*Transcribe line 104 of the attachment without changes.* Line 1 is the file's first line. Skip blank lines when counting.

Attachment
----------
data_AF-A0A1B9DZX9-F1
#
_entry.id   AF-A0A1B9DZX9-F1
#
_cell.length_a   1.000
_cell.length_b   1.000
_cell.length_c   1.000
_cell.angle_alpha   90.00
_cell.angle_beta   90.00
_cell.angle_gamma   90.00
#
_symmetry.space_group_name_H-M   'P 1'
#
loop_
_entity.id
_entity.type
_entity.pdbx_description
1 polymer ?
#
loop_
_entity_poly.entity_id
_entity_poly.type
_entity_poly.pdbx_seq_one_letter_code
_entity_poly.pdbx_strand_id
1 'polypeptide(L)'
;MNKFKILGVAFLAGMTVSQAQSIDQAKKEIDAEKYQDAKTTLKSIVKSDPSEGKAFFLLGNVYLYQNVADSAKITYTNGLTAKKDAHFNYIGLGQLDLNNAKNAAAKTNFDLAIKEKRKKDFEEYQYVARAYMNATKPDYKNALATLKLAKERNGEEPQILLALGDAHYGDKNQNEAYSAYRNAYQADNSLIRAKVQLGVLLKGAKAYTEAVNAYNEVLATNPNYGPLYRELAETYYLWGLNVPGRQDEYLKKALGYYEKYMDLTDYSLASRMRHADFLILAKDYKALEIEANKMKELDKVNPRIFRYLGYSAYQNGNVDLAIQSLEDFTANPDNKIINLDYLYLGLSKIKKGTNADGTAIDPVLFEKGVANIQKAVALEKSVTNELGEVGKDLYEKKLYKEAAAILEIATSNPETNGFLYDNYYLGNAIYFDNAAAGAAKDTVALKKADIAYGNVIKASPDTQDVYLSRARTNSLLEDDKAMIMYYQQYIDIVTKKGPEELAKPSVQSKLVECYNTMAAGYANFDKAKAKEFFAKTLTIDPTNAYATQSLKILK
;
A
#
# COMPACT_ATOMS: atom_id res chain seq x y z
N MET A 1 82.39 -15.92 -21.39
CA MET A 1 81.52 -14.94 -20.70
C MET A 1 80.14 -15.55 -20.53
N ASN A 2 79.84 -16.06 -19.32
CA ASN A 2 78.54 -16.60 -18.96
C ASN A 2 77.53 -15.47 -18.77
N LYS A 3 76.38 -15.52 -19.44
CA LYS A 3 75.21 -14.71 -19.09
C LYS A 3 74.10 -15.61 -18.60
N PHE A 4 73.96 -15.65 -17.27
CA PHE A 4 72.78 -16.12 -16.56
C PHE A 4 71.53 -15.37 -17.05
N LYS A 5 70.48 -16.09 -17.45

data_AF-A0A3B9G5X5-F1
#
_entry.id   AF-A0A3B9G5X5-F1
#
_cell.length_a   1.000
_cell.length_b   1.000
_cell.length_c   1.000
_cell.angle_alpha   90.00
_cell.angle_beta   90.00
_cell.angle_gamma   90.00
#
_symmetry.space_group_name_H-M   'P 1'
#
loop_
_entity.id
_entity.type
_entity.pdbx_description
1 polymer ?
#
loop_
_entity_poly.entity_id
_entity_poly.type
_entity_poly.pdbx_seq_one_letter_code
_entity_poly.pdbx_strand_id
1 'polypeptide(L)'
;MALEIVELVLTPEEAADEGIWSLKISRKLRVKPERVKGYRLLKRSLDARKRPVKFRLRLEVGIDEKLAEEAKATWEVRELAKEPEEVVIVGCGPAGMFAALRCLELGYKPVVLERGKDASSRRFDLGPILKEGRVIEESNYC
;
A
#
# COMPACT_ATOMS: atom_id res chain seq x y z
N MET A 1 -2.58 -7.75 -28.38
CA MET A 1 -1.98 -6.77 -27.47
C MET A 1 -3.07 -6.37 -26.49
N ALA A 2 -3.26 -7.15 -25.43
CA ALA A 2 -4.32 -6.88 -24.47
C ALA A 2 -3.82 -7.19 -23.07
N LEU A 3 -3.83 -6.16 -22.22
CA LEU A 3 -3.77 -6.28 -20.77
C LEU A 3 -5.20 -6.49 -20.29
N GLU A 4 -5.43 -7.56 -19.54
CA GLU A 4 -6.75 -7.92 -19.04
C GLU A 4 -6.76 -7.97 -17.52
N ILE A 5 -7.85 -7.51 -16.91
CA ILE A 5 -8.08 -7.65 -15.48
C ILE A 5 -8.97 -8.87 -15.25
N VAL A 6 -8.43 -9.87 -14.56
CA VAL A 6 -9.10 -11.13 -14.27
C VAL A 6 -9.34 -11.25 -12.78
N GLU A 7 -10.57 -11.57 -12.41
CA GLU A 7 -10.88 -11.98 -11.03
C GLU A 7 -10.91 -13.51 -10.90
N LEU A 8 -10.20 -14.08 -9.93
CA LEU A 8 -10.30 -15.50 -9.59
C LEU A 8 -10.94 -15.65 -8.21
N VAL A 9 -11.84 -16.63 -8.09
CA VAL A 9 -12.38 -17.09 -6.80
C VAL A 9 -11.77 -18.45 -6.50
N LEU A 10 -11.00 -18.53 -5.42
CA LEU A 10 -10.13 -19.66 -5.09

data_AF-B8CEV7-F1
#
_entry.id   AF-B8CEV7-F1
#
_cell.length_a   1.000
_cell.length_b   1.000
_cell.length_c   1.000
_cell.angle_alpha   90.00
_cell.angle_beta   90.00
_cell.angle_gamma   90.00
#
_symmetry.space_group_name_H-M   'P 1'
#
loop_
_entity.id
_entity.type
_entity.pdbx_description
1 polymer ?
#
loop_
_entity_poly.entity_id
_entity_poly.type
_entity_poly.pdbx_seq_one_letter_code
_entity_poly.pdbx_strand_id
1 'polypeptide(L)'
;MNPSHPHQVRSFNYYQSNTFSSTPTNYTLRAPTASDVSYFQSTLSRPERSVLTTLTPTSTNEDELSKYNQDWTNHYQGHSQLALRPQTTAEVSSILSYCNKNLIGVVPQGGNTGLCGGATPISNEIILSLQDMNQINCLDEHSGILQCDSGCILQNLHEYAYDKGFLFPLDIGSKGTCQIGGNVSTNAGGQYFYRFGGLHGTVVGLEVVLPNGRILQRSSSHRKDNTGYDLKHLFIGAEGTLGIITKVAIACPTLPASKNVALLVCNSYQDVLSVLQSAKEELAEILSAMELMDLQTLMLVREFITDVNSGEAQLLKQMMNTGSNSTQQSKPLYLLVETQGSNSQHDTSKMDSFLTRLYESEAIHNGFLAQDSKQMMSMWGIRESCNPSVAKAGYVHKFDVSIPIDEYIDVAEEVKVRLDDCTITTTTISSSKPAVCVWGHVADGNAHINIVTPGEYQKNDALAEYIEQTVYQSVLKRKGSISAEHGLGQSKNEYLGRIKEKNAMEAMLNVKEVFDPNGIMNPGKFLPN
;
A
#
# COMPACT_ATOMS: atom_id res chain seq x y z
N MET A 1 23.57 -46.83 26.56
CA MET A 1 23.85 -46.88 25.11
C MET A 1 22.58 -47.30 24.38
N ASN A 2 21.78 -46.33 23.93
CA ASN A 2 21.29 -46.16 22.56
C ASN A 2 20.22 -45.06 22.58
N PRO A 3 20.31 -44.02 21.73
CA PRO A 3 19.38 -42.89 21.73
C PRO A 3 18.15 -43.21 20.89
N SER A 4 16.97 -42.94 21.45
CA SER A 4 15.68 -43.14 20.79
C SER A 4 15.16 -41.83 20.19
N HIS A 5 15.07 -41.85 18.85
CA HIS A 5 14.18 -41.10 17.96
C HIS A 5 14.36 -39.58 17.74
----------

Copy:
#